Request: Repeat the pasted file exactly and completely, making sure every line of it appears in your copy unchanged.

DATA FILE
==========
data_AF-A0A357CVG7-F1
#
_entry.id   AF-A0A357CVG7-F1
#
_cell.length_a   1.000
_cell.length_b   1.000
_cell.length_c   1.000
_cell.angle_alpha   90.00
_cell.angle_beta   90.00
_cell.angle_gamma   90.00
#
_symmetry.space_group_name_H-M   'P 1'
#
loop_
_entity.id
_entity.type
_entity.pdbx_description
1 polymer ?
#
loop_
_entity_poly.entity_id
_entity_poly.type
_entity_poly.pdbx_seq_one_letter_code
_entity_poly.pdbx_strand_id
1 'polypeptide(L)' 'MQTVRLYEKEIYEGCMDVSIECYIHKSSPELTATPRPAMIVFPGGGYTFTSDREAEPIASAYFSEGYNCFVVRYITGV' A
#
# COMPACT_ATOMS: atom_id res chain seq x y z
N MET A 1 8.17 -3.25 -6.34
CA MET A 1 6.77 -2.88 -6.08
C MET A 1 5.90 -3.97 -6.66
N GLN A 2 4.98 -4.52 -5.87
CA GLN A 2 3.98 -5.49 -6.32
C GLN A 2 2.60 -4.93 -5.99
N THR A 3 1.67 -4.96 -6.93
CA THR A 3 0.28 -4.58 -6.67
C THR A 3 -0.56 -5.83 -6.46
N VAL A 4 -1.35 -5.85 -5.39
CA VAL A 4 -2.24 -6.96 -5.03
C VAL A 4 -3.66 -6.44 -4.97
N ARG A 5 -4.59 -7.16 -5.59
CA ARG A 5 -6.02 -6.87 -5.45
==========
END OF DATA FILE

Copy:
data_AF-A0A357CVG7-F1
#
_entry.id   AF-A0A357CVG7-F1
#
_cell.length_a   1.000
_cell.length_b   1.000
_cell.length_c   1.000
_cell.angle_alpha   90.00
_cell.angle_beta   90.00
_cell.angle_gamma   90.00
#
_symmetry.space_group_name_H-M   'P 1'
#
loop_
_entity.id
_entity.type
_entity.pdbx_description
1 polymer ?
#
loop_
_entity_poly.entity_id
_entity_poly.type
_entity_poly.pdbx_seq_one_letter_code
_entity_poly.pdbx_strand_id
1 'polypeptide(L)' 'MQTVRLYEKEIYEGCMDVSIECYIHKSSPELTATPRPAMIVFPGGGYTFTSDREAEPIASAYFSEGYNCFVVRYITGV' A
#
# COMPACT_ATOMS: atom_id res chain seq x y z
N MET A 1 8.17 -3.25 -6.34
CA MET A 1 6.77 -2.88 -6.08
C MET A 1 5.90 -3.97 -6.66
N GLN A 2 4.98 -4.52 -5.87
CA GLN A 2 3.98 -5.49 -6.32
C GLN A 2 2.60 -4.93 -5.99
N THR A 3 1.67 -4.96 -6.93
CA THR A 3 0.28 -4.58 -6.67
C THR A 3 -0.56 -5.83 -6.46
N VAL A 4 -1.35 -5.85 -5.39
CA VAL A 4 -2.24 -6.96 -5.03
C VAL A 4 -3.66 -6.44 -4.97
N ARG A 5 -4.59 -7.16 -5.59
CA ARG A 5 -6.02 -6.87 -5.45